There has been a further decline in corncrake numbers recorded during the 2017 breeding season, according to a National Parks and Wildlife Service (NPWS) cited by nature conservation group Birdwatch Ireland.

In the past three years, the number of breeding pairs has dropped dramatically from 230 in 2014 to 140 in 2017, and this trend looks set to continue for the coming year given the current climatic conditions, according to Dr Anita Donaghy of Birdwatch.

“Several factors can influence the number of corncrakes recorded in a given year, such as a cold wet spring leading to birds not calling as frequently," she said.

"In this respect, it is important to examine the longer-term trend. Given that this is the third year in a row in which the population has declined, both nationally and in Donegal, one of the key strongholds, there is definitely cause for concern.”

Corncrakes traditionally arrive in Ireland in late spring, having spent the winter in Africa. They typically make their distinctive call from the cover of long vegetation during hours of darkness in May and June.

Mowing dates

Conservative estimates put the population at the beginning of the 20th century in the tens of thousands. However, this fell to an estimated 4,000 by the 1960s and as low as 129 in 1994.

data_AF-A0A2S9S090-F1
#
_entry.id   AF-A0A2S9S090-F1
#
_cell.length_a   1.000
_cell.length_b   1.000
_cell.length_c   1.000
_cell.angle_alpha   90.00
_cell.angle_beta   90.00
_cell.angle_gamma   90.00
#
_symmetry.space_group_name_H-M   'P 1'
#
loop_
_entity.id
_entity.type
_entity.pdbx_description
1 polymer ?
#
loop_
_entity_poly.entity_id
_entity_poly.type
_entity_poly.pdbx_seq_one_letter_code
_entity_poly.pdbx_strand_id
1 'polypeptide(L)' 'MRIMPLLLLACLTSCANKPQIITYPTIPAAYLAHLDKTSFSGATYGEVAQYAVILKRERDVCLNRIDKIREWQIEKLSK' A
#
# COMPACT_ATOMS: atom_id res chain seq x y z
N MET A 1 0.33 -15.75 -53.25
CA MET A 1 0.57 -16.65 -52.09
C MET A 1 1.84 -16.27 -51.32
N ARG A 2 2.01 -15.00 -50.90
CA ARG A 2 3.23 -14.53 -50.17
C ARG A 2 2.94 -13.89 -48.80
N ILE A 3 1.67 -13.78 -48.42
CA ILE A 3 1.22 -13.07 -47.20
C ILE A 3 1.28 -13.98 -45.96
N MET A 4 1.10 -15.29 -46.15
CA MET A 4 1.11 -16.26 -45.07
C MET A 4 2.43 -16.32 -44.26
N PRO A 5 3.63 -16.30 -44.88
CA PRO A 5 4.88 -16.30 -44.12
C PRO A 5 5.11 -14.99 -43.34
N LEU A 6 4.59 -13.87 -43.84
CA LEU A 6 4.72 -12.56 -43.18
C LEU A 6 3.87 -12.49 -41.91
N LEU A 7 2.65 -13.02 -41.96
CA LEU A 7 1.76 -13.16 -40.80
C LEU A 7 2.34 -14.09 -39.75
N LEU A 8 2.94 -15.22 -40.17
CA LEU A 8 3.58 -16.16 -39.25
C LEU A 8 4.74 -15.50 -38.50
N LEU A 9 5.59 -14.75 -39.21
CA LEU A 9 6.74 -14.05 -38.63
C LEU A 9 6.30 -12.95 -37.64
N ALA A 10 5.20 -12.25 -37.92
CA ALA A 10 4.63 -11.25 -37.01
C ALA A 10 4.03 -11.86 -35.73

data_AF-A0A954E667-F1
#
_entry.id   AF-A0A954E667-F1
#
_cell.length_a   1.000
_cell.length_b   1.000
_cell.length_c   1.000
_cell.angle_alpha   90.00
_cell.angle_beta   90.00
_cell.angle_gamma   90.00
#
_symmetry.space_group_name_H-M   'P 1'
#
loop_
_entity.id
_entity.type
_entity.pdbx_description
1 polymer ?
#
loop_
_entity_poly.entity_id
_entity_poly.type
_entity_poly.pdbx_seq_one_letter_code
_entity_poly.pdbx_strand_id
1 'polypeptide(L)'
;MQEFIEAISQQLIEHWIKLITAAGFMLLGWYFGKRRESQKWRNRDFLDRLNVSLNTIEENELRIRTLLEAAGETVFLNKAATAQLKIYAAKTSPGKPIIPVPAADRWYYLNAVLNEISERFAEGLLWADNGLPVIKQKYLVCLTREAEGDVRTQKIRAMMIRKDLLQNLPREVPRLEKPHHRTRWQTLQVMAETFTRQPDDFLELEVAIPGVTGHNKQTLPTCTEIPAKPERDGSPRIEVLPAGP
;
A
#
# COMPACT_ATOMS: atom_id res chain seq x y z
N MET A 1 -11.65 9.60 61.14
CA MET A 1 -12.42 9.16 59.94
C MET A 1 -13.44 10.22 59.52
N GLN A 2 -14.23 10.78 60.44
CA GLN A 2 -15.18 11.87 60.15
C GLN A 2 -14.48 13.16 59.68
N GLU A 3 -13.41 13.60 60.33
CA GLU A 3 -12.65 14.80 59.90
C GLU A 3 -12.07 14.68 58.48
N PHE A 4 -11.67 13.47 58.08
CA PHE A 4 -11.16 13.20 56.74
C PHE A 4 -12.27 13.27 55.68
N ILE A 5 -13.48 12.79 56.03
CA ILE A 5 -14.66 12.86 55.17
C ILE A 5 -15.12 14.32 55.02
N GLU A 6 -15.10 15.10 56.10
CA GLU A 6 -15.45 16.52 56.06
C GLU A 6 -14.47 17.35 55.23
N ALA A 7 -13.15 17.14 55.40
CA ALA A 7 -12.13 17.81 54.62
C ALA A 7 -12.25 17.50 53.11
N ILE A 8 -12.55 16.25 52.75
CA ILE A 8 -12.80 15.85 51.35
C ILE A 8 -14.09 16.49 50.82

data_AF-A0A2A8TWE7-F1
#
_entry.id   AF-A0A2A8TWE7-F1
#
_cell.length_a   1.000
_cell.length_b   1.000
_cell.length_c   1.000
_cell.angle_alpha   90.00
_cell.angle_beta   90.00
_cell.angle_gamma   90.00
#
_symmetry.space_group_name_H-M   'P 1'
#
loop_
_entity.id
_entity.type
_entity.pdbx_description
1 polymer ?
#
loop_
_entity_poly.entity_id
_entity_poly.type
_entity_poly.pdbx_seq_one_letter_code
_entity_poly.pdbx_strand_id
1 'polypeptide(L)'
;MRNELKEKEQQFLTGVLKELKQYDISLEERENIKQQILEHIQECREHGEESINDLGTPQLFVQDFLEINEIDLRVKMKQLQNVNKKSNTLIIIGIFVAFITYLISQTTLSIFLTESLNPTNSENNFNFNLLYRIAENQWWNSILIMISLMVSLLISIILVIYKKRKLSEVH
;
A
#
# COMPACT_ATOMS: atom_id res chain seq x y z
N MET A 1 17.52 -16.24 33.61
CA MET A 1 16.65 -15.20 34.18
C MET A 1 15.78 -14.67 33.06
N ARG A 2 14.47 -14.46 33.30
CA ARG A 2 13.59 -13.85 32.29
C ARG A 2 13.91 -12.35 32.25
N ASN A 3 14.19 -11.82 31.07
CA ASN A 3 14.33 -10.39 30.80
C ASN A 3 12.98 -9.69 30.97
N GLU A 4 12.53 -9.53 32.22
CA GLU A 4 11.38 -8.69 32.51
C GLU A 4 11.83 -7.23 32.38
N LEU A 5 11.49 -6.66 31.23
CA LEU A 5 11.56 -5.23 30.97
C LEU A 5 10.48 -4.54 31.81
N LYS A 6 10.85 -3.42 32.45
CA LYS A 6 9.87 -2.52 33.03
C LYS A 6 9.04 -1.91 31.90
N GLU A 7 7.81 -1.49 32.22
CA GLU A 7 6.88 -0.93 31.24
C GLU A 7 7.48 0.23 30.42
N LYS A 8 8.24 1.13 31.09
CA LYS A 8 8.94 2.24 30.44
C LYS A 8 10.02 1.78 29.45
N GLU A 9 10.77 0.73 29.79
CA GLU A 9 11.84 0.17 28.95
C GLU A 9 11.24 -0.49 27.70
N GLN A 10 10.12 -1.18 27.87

The decline in corncrakes corresponds with the replacement of traditional farming systems by modern agricultural methods, such as farmers reverting from hay to silage. The earlier mowing date of silage reduces the length of their breeding season, which prevents corncrakes from successfully rearing young in the meadows, environmentalists say.

Despite actions in schemes such as GLAS dedicated to the protection of corncrake nesting sites, the latest reduction the bird's population shows that more targeted measures are needed, according to Dr Donaghy. “These figures clearly show that the Irish Government needs to maintain and increase its efforts to save this, one of Ireland’s most loved yet most endangered farmland birds," she said.

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